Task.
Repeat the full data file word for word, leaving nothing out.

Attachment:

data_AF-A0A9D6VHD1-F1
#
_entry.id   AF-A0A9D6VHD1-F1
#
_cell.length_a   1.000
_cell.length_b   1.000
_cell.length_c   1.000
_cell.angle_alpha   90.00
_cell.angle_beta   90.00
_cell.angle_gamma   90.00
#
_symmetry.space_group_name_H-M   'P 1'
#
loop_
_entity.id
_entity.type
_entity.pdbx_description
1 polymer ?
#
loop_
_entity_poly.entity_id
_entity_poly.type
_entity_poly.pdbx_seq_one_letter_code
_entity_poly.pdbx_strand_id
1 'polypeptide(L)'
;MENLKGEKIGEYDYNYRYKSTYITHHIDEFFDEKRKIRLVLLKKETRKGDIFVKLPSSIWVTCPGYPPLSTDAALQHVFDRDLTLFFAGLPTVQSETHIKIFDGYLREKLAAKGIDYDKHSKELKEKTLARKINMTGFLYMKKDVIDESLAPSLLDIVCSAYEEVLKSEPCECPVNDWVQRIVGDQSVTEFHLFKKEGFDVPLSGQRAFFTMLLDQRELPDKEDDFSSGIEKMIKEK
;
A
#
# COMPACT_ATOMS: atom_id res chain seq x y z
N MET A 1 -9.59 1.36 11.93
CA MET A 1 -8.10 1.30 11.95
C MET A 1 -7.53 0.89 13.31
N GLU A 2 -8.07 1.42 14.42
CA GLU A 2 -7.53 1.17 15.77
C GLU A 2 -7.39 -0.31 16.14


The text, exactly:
data_AF-A0A9D6VHD1-F1
#
_entry.id   AF-A0A9D6VHD1-F1
#
_cell.length_a   1.000
_cell.length_b   1.000
_cell.length_c   1.000
_cell.angle_alpha   90.00
_cell.angle_beta   90.00
_cell.angle_gamma   90.00
#
_symmetry.space_group_name_H-M   'P 1'
#
loop_
_entity.id
_entity.type
_entity.pdbx_description
1 polymer ?
#
loop_
_entity_poly.entity_id
_entity_poly.type
_entity_poly.pdbx_seq_one_letter_code
_entity_poly.pdbx_strand_id
1 'polypeptide(L)'
;MENLKGEKIGEYDYNYRYKSTYITHHIDEFFDEKRKIRLVLLKKETRKGDIFVKLPSSIWVTCPGYPPLSTDAALQHVFDRDLTLFFAGLPTVQSETHIKIFDGYLREKLAAKGIDYDKHSKELKEKTLARKINMTGFLYMKKDVIDESLAPSLLDIVCSAYEEVLKSEPCECPVNDWVQRIVGDQSVTEFHLFKKEGFDVPLSGQRAFFTMLLDQRELPDKEDDFSSGIEKMIKEK
;
A
#
# COMPACT_ATOMS: atom_id res chain seq x y z
N MET A 1 -9.59 1.36 11.93
CA MET A 1 -8.10 1.30 11.95
C MET A 1 -7.53 0.89 13.31
N GLU A 2 -8.07 1.42 14.42
CA GLU A 2 -7.53 1.17 15.77
C GLU A 2 -7.39 -0.31 16.14